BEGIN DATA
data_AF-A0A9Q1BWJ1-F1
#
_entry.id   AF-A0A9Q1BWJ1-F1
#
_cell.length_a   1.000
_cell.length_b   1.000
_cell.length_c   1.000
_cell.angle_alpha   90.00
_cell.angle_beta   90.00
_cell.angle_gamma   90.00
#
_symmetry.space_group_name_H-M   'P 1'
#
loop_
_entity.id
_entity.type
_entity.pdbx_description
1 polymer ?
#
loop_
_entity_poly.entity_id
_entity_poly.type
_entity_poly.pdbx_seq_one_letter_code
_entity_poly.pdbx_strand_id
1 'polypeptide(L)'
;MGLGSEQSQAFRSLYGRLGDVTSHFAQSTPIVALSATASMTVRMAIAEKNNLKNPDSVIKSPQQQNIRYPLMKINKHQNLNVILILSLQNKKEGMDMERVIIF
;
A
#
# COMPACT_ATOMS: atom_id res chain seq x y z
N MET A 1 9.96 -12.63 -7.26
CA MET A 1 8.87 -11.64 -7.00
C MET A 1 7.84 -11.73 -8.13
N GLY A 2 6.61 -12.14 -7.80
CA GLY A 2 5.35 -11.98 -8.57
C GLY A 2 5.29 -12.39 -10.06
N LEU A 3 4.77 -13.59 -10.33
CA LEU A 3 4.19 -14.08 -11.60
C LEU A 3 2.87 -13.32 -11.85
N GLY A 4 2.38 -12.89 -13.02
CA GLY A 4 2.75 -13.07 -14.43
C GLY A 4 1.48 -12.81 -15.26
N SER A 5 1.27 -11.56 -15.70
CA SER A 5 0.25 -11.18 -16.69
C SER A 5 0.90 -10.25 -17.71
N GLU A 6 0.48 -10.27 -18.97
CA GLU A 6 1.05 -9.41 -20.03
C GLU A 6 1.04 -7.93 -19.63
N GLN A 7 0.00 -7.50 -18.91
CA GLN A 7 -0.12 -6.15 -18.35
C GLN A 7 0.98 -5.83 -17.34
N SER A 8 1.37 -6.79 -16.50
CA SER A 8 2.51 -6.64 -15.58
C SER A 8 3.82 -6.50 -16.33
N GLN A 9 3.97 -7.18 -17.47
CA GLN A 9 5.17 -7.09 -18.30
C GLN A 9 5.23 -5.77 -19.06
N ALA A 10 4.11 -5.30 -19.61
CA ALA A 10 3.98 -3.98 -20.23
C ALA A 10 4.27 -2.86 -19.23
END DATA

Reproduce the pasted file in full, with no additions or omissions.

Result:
data_AF-A0A9Q1BWJ1-F1
#
_entry.id   AF-A0A9Q1BWJ1-F1
#
_cell.length_a   1.000
_cell.length_b   1.000
_cell.length_c   1.000
_cell.angle_alpha   90.00
_cell.angle_beta   90.00
_cell.angle_gamma   90.00
#
_symmetry.space_group_name_H-M   'P 1'
#
loop_
_entity.id
_entity.type
_entity.pdbx_description
1 polymer ?
#
loop_
_entity_poly.entity_id
_entity_poly.type
_entity_poly.pdbx_seq_one_letter_code
_entity_poly.pdbx_strand_id
1 'polypeptide(L)'
;MGLGSEQSQAFRSLYGRLGDVTSHFAQSTPIVALSATASMTVRMAIAEKNNLKNPDSVIKSPQQQNIRYPLMKINKHQNLNVILILSLQNKKEGMDMERVIIF
;
A
#
# COMPACT_ATOMS: atom_id res chain seq x y z
N MET A 1 9.96 -12.63 -7.26
CA MET A 1 8.87 -11.64 -7.00
C MET A 1 7.84 -11.73 -8.13
N GLY A 2 6.61 -12.14 -7.80
CA GLY A 2 5.35 -11.98 -8.57
C GLY A 2 5.29 -12.39 -10.06
N LEU A 3 4.77 -13.59 -10.33
CA LEU A 3 4.19 -14.08 -11.60
C LEU A 3 2.87 -13.32 -11.85
N GLY A 4 2.38 -12.89 -13.02
CA GLY A 4 2.75 -13.07 -14.43
C GLY A 4 1.48 -12.81 -15.26
N SER A 5 1.27 -11.56 -15.70
CA SER A 5 0.25 -11.18 -16.69
C SER A 5 0.90 -10.25 -17.71
N GLU A 6 0.48 -10.27 -18.97
CA GLU A 6 1.05 -9.41 -20.03
C GLU A 6 1.04 -7.93 -19.63
N GLN A 7 0.00 -7.50 -18.91
CA GLN A 7 -0.12 -6.15 -18.35
C GLN A 7 0.98 -5.83 -17.34
N SER A 8 1.37 -6.79 -16.50
CA SER A 8 2.51 -6.64 -15.58
C SER A 8 3.82 -6.50 -16.33
N GLN A 9 3.97 -7.18 -17.47
CA GLN A 9 5.17 -7.09 -18.30
C GLN A 9 5.23 -5.77 -19.06
N ALA A 10 4.11 -5.30 -19.61
CA ALA A 10 3.98 -3.98 -20.23
C ALA A 10 4.27 -2.86 -19.23